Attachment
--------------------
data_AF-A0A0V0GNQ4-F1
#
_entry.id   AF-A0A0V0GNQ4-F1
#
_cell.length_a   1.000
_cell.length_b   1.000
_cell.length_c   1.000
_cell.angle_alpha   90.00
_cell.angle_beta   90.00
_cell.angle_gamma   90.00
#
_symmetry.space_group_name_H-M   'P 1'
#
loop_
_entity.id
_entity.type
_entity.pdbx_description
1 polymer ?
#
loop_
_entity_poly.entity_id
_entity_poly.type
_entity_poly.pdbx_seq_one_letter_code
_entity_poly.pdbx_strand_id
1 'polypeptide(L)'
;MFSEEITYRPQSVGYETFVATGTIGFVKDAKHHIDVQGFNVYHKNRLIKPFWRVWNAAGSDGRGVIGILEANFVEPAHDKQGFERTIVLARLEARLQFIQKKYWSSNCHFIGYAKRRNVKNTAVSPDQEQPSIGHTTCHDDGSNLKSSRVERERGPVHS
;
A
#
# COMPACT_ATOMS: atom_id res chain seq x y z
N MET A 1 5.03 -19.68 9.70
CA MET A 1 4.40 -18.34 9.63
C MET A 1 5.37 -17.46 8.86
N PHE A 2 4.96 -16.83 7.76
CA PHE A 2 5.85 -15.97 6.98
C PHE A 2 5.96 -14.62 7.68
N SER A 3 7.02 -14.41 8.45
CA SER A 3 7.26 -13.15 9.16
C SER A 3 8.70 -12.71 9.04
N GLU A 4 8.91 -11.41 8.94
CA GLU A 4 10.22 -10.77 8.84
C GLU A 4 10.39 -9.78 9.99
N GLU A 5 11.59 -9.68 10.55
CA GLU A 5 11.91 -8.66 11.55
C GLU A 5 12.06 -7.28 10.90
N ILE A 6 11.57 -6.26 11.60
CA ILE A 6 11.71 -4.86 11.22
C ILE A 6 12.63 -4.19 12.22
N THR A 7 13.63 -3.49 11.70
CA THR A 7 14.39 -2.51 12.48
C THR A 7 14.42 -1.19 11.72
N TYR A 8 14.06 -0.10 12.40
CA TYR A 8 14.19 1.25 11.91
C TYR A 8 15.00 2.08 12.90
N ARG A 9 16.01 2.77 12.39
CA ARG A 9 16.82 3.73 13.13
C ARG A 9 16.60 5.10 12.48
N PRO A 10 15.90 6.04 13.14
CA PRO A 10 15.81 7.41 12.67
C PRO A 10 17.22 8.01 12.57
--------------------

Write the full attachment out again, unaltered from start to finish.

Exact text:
data_AF-A0A0V0GNQ4-F1
#
_entry.id   AF-A0A0V0GNQ4-F1
#
_cell.length_a   1.000
_cell.length_b   1.000
_cell.length_c   1.000
_cell.angle_alpha   90.00
_cell.angle_beta   90.00
_cell.angle_gamma   90.00
#
_symmetry.space_group_name_H-M   'P 1'
#
loop_
_entity.id
_entity.type
_entity.pdbx_description
1 polymer ?
#
loop_
_entity_poly.entity_id
_entity_poly.type
_entity_poly.pdbx_seq_one_letter_code
_entity_poly.pdbx_strand_id
1 'polypeptide(L)'
;MFSEEITYRPQSVGYETFVATGTIGFVKDAKHHIDVQGFNVYHKNRLIKPFWRVWNAAGSDGRGVIGILEANFVEPAHDKQGFERTIVLARLEARLQFIQKKYWSSNCHFIGYAKRRNVKNTAVSPDQEQPSIGHTTCHDDGSNLKSSRVERERGPVHS
;
A
#
# COMPACT_ATOMS: atom_id res chain seq x y z
N MET A 1 5.03 -19.68 9.70
CA MET A 1 4.40 -18.34 9.63
C MET A 1 5.37 -17.46 8.86
N PHE A 2 4.96 -16.83 7.76
CA PHE A 2 5.85 -15.97 6.98
C PHE A 2 5.96 -14.62 7.68
N SER A 3 7.02 -14.41 8.45
CA SER A 3 7.26 -13.15 9.16
C SER A 3 8.70 -12.71 9.04
N GLU A 4 8.91 -11.41 8.94
CA GLU A 4 10.22 -10.77 8.84
C GLU A 4 10.39 -9.78 9.99
N GLU A 5 11.59 -9.68 10.55
CA GLU A 5 11.91 -8.66 11.55
C GLU A 5 12.06 -7.28 10.90
N ILE A 6 11.57 -6.26 11.60
CA ILE A 6 11.71 -4.86 11.22
C ILE A 6 12.63 -4.19 12.22
N THR A 7 13.63 -3.49 11.70
CA THR A 7 14.39 -2.51 12.48
C THR A 7 14.42 -1.19 11.72
N TYR A 8 14.06 -0.10 12.40
CA TYR A 8 14.19 1.25 11.91
C TYR A 8 15.00 2.08 12.90
N ARG A 9 16.01 2.77 12.39
CA ARG A 9 16.82 3.73 13.13
C ARG A 9 16.60 5.10 12.48
N PRO A 10 15.90 6.04 13.14
CA PRO A 10 15.81 7.41 12.67
C PRO A 10 17.22 8.01 12.57